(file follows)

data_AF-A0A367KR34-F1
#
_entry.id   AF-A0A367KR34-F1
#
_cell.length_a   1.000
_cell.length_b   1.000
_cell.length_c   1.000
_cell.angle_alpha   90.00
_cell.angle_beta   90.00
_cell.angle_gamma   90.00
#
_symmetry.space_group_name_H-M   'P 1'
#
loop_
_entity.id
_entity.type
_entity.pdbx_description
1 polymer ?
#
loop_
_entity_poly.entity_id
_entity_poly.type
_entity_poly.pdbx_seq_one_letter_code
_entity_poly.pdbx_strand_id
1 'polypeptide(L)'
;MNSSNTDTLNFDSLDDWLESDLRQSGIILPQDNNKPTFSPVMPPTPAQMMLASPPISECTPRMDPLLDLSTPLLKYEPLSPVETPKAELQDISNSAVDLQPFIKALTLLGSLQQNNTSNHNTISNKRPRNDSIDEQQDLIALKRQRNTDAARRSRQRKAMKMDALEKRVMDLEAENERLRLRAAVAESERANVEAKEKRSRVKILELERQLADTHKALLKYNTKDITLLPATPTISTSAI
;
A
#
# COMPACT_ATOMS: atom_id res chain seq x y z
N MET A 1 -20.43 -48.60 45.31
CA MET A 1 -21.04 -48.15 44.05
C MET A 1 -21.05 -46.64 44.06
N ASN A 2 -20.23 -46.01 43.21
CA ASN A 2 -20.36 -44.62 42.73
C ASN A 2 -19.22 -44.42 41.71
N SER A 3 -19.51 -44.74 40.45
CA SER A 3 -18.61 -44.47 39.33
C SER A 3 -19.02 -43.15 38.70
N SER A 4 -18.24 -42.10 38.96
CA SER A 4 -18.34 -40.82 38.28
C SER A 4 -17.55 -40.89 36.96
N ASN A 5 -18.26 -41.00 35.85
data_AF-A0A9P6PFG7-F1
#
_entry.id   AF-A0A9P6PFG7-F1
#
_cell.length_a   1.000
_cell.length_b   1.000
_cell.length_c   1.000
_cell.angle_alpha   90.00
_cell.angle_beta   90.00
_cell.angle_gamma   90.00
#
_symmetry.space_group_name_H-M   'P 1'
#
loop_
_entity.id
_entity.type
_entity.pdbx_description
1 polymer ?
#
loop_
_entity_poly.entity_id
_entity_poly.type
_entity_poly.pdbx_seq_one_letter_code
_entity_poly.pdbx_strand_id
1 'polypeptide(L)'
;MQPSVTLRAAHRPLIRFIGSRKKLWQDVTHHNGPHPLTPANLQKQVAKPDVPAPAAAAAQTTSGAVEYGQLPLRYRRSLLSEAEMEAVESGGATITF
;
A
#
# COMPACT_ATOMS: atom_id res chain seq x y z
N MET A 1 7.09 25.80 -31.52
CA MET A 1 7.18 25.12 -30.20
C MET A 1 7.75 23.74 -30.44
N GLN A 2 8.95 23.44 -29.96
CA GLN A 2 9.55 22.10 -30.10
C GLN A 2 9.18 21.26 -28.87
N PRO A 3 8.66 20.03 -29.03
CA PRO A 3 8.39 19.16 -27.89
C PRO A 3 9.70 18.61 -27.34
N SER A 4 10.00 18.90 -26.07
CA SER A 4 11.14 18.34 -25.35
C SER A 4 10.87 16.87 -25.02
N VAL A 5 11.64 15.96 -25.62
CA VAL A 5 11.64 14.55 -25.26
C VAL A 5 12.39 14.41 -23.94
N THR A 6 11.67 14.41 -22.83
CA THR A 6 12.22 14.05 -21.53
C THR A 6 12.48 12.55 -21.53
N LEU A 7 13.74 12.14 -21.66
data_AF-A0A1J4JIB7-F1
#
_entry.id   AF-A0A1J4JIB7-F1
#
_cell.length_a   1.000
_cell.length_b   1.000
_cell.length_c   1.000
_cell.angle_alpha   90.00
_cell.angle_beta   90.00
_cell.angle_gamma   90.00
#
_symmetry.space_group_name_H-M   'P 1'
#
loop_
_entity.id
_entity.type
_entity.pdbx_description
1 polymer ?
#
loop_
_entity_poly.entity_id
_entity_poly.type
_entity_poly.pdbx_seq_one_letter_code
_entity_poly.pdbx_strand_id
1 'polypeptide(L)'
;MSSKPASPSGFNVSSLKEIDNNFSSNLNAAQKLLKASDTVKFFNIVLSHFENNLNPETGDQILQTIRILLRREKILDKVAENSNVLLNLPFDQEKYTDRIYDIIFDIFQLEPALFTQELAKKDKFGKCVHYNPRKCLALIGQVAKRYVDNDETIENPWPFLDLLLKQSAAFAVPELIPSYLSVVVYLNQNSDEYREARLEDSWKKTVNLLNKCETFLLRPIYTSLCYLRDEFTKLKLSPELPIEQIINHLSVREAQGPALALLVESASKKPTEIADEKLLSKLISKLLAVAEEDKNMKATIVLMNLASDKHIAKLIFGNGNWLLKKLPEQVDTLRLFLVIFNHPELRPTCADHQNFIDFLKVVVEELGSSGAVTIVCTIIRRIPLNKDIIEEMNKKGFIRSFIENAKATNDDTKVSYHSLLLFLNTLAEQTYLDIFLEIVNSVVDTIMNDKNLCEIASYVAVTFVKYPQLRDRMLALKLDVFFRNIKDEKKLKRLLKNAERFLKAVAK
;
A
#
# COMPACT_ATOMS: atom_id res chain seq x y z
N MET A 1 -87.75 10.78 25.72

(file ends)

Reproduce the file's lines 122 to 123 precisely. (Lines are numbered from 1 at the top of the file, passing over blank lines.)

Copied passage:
# COMPACT_ATOMS: atom_id res chain seq x y z
N MET A 1 -87.75 10.78 25.72